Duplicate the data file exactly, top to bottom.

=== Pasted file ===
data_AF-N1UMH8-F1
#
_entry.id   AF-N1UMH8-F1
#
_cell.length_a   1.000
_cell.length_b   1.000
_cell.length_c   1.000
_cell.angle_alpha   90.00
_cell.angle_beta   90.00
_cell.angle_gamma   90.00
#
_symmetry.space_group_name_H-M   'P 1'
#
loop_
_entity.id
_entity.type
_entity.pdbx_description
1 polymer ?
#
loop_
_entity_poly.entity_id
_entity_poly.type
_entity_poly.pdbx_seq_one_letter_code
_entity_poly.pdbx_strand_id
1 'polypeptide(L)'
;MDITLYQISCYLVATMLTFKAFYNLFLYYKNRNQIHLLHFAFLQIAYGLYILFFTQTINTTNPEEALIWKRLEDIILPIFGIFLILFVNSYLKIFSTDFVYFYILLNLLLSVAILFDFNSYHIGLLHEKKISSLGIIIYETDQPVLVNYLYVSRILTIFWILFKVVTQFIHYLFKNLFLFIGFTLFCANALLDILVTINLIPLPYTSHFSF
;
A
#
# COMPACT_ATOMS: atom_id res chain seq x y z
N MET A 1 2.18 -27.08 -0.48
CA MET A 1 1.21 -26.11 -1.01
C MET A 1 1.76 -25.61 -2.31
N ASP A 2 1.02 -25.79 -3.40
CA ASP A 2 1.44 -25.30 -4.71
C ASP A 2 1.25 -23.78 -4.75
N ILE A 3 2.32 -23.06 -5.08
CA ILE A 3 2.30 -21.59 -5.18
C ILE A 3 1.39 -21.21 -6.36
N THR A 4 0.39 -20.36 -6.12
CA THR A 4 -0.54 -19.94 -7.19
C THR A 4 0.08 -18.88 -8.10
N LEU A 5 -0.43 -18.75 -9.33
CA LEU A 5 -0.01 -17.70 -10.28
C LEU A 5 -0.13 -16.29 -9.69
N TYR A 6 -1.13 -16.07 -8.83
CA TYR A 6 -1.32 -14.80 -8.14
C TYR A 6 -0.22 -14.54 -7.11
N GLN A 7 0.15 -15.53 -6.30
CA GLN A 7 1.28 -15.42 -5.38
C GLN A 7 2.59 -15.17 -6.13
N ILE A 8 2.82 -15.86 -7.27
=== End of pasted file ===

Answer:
data_AF-N1UMH8-F1
#
_entry.id   AF-N1UMH8-F1
#
_cell.length_a   1.000
_cell.length_b   1.000
_cell.length_c   1.000
_cell.angle_alpha   90.00
_cell.angle_beta   90.00
_cell.angle_gamma   90.00
#
_symmetry.space_group_name_H-M   'P 1'
#
loop_
_entity.id
_entity.type
_entity.pdbx_description
1 polymer ?
#
loop_
_entity_poly.entity_id
_entity_poly.type
_entity_poly.pdbx_seq_one_letter_code
_entity_poly.pdbx_strand_id
1 'polypeptide(L)'
;MDITLYQISCYLVATMLTFKAFYNLFLYYKNRNQIHLLHFAFLQIAYGLYILFFTQTINTTNPEEALIWKRLEDIILPIFGIFLILFVNSYLKIFSTDFVYFYILLNLLLSVAILFDFNSYHIGLLHEKKISSLGIIIYETDQPVLVNYLYVSRILTIFWILFKVVTQFIHYLFKNLFLFIGFTLFCANALLDILVTINLIPLPYTSHFSF
;
A
#
# COMPACT_ATOMS: atom_id res chain seq x y z
N MET A 1 2.18 -27.08 -0.48
CA MET A 1 1.21 -26.11 -1.01
C MET A 1 1.76 -25.61 -2.31
N ASP A 2 1.02 -25.79 -3.40
CA ASP A 2 1.44 -25.30 -4.71
C ASP A 2 1.25 -23.78 -4.75
N ILE A 3 2.32 -23.06 -5.08
CA ILE A 3 2.30 -21.59 -5.18
C ILE A 3 1.39 -21.21 -6.36
N THR A 4 0.39 -20.36 -6.12
CA THR A 4 -0.54 -19.94 -7.19
C THR A 4 0.08 -18.88 -8.10
N LEU A 5 -0.43 -18.75 -9.33
CA LEU A 5 -0.01 -17.70 -10.28
C LEU A 5 -0.13 -16.29 -9.69
N TYR A 6 -1.13 -16.07 -8.83
CA TYR A 6 -1.32 -14.80 -8.14
C TYR A 6 -0.22 -14.54 -7.11
N GLN A 7 0.15 -15.53 -6.30
CA GLN A 7 1.28 -15.42 -5.38
C GLN A 7 2.59 -15.17 -6.13
N ILE A 8 2.82 -15.86 -7.27